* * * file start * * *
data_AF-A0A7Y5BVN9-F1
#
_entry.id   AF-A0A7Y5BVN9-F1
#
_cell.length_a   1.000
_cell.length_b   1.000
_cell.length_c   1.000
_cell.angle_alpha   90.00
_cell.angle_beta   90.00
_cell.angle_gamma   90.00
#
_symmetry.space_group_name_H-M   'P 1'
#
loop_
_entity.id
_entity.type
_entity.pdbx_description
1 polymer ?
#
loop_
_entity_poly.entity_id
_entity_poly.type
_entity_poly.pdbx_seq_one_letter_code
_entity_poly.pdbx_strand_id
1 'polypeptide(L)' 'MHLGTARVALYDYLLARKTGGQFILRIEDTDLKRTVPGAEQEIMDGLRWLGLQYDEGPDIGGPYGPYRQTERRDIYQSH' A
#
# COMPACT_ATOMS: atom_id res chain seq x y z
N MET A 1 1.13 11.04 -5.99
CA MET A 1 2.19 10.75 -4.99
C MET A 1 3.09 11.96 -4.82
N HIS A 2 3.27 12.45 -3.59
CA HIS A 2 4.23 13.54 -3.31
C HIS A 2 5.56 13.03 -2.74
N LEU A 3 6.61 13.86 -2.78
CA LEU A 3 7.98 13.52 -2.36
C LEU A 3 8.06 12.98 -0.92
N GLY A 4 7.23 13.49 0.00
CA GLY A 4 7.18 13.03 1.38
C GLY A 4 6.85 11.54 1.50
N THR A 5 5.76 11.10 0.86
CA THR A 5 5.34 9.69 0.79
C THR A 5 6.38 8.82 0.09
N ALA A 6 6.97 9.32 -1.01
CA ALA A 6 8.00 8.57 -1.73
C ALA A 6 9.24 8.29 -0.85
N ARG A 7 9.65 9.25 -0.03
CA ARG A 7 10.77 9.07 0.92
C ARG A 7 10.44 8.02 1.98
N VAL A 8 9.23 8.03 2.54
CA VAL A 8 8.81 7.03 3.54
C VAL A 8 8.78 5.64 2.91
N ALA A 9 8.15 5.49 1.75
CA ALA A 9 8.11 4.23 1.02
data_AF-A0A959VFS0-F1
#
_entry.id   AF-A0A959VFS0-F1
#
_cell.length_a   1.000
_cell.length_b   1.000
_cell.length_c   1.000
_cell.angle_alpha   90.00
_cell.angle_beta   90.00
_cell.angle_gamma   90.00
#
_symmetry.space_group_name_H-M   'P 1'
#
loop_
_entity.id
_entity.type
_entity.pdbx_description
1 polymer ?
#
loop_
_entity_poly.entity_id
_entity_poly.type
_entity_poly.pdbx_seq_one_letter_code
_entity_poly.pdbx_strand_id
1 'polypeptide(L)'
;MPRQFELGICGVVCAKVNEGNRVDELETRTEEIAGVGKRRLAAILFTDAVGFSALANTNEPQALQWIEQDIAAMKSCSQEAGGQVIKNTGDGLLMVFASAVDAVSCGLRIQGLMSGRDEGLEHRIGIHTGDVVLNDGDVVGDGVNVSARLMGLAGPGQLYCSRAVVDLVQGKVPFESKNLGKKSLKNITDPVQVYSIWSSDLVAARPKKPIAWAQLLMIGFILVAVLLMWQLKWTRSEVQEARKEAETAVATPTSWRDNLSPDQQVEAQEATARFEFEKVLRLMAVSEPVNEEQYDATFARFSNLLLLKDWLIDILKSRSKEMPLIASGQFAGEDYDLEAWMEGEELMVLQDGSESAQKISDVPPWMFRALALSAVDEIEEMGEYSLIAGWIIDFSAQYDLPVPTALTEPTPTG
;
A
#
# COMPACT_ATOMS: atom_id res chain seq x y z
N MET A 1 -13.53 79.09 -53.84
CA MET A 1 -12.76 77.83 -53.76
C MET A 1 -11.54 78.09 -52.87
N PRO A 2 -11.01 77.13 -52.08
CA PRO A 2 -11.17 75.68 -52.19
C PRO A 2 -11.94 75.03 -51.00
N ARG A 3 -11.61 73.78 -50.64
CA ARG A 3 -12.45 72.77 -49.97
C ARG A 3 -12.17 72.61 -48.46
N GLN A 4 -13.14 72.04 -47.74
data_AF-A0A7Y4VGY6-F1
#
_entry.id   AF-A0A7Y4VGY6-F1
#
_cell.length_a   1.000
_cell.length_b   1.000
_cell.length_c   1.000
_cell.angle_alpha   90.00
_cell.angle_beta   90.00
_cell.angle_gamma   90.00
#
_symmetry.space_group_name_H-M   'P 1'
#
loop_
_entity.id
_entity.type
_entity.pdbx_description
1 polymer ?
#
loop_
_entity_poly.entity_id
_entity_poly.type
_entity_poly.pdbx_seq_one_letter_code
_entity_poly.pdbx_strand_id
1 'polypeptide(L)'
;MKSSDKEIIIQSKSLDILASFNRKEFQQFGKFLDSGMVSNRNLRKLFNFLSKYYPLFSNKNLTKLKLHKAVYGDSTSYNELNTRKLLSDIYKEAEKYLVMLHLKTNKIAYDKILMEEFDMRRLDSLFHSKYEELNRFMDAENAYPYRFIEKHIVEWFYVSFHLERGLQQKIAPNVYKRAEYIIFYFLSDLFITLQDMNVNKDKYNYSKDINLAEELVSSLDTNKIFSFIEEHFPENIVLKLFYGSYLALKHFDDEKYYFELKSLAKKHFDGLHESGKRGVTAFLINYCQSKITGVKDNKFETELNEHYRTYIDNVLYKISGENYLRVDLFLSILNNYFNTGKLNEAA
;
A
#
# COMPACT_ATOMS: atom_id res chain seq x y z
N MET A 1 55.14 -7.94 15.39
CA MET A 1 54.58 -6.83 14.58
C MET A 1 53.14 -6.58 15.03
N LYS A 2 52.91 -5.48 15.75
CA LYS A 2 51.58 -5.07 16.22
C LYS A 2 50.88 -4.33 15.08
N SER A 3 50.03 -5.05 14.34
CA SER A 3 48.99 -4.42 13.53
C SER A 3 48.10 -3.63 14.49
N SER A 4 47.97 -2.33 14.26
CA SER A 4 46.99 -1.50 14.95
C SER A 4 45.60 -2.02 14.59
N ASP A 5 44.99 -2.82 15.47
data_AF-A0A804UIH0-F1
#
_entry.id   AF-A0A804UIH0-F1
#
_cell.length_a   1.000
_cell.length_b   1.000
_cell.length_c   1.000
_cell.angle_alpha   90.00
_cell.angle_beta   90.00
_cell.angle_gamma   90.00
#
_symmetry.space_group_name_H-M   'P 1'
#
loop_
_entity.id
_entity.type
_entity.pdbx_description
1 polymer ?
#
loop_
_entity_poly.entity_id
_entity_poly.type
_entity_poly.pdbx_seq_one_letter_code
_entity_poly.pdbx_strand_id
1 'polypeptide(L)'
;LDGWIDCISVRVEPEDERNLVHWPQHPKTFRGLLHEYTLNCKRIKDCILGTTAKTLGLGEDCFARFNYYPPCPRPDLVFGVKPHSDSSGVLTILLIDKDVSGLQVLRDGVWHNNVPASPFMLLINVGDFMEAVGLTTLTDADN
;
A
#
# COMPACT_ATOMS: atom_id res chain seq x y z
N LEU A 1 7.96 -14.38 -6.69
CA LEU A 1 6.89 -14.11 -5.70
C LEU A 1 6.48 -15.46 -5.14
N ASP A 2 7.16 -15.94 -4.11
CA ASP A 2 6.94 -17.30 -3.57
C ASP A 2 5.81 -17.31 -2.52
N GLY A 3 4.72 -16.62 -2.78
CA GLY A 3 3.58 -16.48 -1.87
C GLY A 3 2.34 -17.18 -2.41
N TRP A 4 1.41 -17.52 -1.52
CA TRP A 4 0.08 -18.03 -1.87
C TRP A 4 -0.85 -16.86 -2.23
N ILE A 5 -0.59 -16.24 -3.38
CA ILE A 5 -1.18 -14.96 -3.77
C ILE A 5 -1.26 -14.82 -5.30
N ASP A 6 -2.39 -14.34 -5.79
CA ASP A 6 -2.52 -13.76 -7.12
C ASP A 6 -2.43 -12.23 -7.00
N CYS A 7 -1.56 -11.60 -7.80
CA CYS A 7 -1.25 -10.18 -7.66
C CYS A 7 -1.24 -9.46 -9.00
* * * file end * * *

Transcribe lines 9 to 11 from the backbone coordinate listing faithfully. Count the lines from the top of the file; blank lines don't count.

_cell.angle_beta   90.00
_cell.angle_gamma   90.00
#